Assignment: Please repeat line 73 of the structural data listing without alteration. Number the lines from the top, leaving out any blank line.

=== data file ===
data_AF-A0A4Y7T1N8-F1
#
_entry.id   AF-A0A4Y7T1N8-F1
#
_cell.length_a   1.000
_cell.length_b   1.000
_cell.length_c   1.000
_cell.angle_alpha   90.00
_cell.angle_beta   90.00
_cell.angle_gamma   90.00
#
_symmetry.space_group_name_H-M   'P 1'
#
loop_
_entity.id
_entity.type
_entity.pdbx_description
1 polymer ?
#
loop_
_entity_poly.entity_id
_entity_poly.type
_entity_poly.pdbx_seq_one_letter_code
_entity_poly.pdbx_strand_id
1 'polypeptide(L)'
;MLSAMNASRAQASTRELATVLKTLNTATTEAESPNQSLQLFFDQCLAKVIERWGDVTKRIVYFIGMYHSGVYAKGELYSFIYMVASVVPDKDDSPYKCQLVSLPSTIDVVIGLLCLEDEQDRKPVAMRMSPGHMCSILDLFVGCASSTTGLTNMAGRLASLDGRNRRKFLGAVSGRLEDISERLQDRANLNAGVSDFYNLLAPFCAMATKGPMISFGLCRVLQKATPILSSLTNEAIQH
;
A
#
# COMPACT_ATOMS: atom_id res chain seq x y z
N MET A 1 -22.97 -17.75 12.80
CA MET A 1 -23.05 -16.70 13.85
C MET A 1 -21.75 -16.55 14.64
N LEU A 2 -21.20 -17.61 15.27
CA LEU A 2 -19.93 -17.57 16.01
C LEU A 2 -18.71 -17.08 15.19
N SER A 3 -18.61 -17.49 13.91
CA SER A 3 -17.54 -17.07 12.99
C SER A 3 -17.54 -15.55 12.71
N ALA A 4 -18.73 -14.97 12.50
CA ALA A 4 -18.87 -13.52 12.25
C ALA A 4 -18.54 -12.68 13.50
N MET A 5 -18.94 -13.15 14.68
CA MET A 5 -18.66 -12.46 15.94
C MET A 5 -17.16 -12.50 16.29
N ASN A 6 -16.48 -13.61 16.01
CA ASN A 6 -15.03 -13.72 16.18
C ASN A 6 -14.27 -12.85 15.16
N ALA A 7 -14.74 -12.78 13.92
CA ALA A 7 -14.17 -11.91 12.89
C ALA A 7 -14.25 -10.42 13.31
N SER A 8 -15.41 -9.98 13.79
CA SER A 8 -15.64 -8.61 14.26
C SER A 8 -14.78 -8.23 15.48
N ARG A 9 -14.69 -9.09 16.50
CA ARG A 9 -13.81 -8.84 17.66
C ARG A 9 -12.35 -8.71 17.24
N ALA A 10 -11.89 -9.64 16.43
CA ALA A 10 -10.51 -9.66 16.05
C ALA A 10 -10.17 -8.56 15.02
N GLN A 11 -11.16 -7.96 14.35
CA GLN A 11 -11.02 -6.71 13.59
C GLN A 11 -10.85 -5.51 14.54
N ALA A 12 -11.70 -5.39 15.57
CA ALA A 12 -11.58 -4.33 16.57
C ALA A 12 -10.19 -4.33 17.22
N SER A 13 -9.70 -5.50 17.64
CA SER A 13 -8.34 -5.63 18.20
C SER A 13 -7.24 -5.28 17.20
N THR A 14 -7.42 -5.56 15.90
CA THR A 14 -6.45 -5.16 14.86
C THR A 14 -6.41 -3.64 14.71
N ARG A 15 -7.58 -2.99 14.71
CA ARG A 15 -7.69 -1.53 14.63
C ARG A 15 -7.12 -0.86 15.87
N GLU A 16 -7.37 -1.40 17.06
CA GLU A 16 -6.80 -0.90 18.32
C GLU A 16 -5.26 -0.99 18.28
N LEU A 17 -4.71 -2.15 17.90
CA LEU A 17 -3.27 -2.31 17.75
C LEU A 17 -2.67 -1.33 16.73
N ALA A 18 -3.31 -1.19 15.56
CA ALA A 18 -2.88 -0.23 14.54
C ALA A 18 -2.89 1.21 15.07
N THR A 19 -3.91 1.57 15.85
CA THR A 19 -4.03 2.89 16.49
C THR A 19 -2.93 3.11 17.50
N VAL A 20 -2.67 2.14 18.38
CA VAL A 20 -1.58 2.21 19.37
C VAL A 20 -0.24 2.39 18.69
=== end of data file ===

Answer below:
N ARG A 15 -7.58 -2.99 14.71